New inflation figures were published yesterday and – brace yourselves – prices are rising pretty quickly – by 1.6 per cent on the annual headline measure of inflation, called the Consumer Price Index, in December, up from 1.2 per cent in November.
What this means for you is everything you normally buy is a little more expensive than it was this time last year – 1.6 per cent more expensive to be exact. And yes, this does have a fair amount to do with Brexit, since you were wondering, like most slightly troubling economic data for probably about, ooh, the next 10 years.
But 1.6 per cent doesn’t sound like a lot?
Well, it’s certainly not rampant, we’re not talking the hyperinflation of Germany in the early 20th century, when people wheeled wheelbarrows full of notes down the street to buy a loaf of bread. But it is a hefty 0.4 percentage point rise on last month and approaching the 2% mark, which is when (I imagine) a bell rings, all economists start to panic and run around a bit and the Governor of the Bank of England starts to think about the letter he has to write to the Chancellor when inflation strays beyond the 2 per cent target by 1 per cent, either way, to explain why the Bank is failing to keep inflation in check.
Because the Bank, you see, can increase interest rates. If interest rates rise, this tends to keep a lid on inflation, which some people think could go as high as 5 per cent this year, thanks to Brexit and more expensive imports, including fuel.
So another reason to worry about higher inflation, if you are a homeowner with a variable rate mortgage anyway, is that it could result in your mortgage repayments rising when interest rates do eventually rise, which most people believe is likely to be sooner rather than later this year.
Why is inflation so bad?
Prices rising too quickly affects the cost of living directly, making it immediately more difficult for people to afford their essentials and putting debt repayments at risk, that kind of thing. It also, therefore, affects consumer confidence.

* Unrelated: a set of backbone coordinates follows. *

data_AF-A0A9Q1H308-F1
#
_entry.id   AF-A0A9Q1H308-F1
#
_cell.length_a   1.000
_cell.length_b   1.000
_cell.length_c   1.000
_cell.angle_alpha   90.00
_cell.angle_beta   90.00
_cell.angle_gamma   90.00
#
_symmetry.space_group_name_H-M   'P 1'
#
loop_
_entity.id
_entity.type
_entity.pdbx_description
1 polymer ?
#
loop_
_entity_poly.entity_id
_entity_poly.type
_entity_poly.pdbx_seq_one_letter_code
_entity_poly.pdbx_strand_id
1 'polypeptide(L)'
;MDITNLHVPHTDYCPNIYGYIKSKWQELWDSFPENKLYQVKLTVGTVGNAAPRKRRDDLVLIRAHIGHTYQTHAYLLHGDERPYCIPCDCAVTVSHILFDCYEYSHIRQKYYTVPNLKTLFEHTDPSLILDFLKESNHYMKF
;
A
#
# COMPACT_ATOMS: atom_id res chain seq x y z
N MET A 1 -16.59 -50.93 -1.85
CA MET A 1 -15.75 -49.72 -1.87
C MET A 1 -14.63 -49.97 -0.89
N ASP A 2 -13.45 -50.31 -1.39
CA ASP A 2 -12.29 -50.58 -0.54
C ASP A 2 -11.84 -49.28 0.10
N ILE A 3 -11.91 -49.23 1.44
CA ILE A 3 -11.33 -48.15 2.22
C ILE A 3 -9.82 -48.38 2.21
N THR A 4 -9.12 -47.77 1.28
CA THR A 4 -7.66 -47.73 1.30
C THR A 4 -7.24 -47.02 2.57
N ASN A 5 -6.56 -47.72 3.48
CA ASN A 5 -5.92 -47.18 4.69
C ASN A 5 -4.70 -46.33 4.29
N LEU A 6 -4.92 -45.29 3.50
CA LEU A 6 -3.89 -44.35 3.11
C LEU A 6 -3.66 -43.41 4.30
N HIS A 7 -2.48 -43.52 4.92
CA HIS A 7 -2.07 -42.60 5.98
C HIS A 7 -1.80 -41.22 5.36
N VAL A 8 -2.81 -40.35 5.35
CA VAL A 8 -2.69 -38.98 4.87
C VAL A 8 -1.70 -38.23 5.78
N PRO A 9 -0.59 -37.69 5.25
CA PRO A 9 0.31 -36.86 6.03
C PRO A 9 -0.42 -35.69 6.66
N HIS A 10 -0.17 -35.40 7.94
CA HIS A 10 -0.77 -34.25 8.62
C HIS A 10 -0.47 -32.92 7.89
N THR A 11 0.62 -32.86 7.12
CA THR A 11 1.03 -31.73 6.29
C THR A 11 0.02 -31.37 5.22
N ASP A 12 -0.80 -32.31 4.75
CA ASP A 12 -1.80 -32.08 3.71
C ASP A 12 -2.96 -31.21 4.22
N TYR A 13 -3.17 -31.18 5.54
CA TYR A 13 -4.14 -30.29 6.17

But what really matters, when determining how likely inflation is to affect people, is – is wage growth rising faster? If wage growth is much higher, we don’t all have to worry quite so much. The forecast for wage growth in the UK in 2017 is 2.9 per cent, according to ECA International, which gives a buffer, but not a huge one if inflation does end up running way over it’s 2% target this year.
Inflation levels are usually different for different people, depending on what you buy, because it measures the price of a basket of goods that is meant to be representative of the population, but of course, we don’t all spend money on the same things.
Sometimes the effects hit younger people harder, sometimes older.
Today’s inflation is affecting everyone almost equally (although the younger generations are still hit slightly harder – see the tables from Aviva, below). This is because inflation now is being driven in particular by food and fuel prices. When the prices of things like education and housing are rising fastest, this tends to affect the young more. But everyone buys food, and most adults own a car.
Alistair McQueen, head of savings and retirement at Aviva, said: “Beneath today’s headline consumer price inflation1 (CPI) figure of 1.6%, Aviva’s analysis shows inflation is back for all ages.
“Twelve months ago, in December 2015, the under-30s were experiencing price inflation more than three times that of any other age group in society – driven by greater spending on education and rising housing costs.
|Aviva Age Inflation Index2
|CPI Dec 2015
“Today’s picture is very different. The price pressure on younger generations is still greater, but the gap is closing fast – there is now little difference in the price inflation experienced by each age group. Recent rises in transport costs and food prices have placed particular upward pressure on other age groups, especially the over-50s.
|Aviva Age Inflation Index2
|CPI Dec 2016
“Price inflation is back for all ages. In the last few months, it has been a forgotten phenomenon for older consumers, however, people of all ages will have to get used to rising prices once again. Balancing budgets, managing money and saving smarter will help consumers navigate these different times.”
What can you do to hide from the inflation monster?
First, don’t be too worried about it. We’ll cope. Then:
- Move any savings you have in low-interest cash accounts somewhere with a higher rate of interest or maybe even the stock market. More than 60% of Brits JUST save in cash. That’s a very high proportion of people currently earning less than the rate of inflation on their savings, meaning they are effectively paying the bank to keep their money for them.
- Drive less. It’s obvious stuff really – if fuel prices are rising, try to use less of it. Trips on the bus or on the train may now prove more cost effective.
- With your weekly food shop, stick with the offers and try to avoid imported foods. Go Best of British for basics, meat and vegetables. As a result of Brexit, imports are more expensive, which includes all those lovely French cheeses, wines and, well, pretty much all the food we really enjoy. The pattern of rising prices for imports and steadier prices for home-produced goods is not set to change imminently (certainly not now we’ve just opted for a hard Brexit.)
- Fix your mortgage. If you are on a variable rate, a decent long term fix might be calling your name, as interest rates are undoubtedly set to rise.
- Holiday in the UK.
- Make sure you are on one of the cheaper energy tariffs.